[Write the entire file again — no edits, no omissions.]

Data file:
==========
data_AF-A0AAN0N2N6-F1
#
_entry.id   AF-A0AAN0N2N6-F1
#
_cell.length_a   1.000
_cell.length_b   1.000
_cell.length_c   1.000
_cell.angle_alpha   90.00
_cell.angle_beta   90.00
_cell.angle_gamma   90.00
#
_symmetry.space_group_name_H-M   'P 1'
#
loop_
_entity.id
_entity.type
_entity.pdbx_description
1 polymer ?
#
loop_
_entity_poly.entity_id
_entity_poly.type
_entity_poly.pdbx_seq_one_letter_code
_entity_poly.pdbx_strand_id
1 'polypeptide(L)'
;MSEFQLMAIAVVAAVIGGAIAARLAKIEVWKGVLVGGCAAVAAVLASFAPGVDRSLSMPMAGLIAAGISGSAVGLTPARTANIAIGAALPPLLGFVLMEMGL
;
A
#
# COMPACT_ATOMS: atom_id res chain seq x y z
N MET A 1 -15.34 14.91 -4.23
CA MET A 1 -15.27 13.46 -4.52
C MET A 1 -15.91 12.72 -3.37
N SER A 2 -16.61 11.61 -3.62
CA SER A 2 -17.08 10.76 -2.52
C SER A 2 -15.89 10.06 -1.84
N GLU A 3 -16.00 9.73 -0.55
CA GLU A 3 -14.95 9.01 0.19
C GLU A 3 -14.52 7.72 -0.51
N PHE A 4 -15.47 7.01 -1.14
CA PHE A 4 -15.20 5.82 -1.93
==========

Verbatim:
data_AF-A0AAN0N2N6-F1
#
_entry.id   AF-A0AAN0N2N6-F1
#
_cell.length_a   1.000
_cell.length_b   1.000
_cell.length_c   1.000
_cell.angle_alpha   90.00
_cell.angle_beta   90.00
_cell.angle_gamma   90.00
#
_symmetry.space_group_name_H-M   'P 1'
#
loop_
_entity.id
_entity.type
_entity.pdbx_description
1 polymer ?
#
loop_
_entity_poly.entity_id
_entity_poly.type
_entity_poly.pdbx_seq_one_letter_code
_entity_poly.pdbx_strand_id
1 'polypeptide(L)'
;MSEFQLMAIAVVAAVIGGAIAARLAKIEVWKGVLVGGCAAVAAVLASFAPGVDRSLSMPMAGLIAAGISGSAVGLTPARTANIAIGAALPPLLGFVLMEMGL
;
A
#
# COMPACT_ATOMS: atom_id res chain seq x y z
N MET A 1 -15.34 14.91 -4.23
CA MET A 1 -15.27 13.46 -4.52
C MET A 1 -15.91 12.72 -3.37
N SER A 2 -16.61 11.61 -3.62
CA SER A 2 -17.08 10.76 -2.52
C SER A 2 -15.89 10.06 -1.84
N GLU A 3 -16.00 9.73 -0.55
CA GLU A 3 -14.95 9.01 0.19
C GLU A 3 -14.52 7.72 -0.51
N PHE A 4 -15.47 7.01 -1.14
CA PHE A 4 -15.20 5.82 -1.93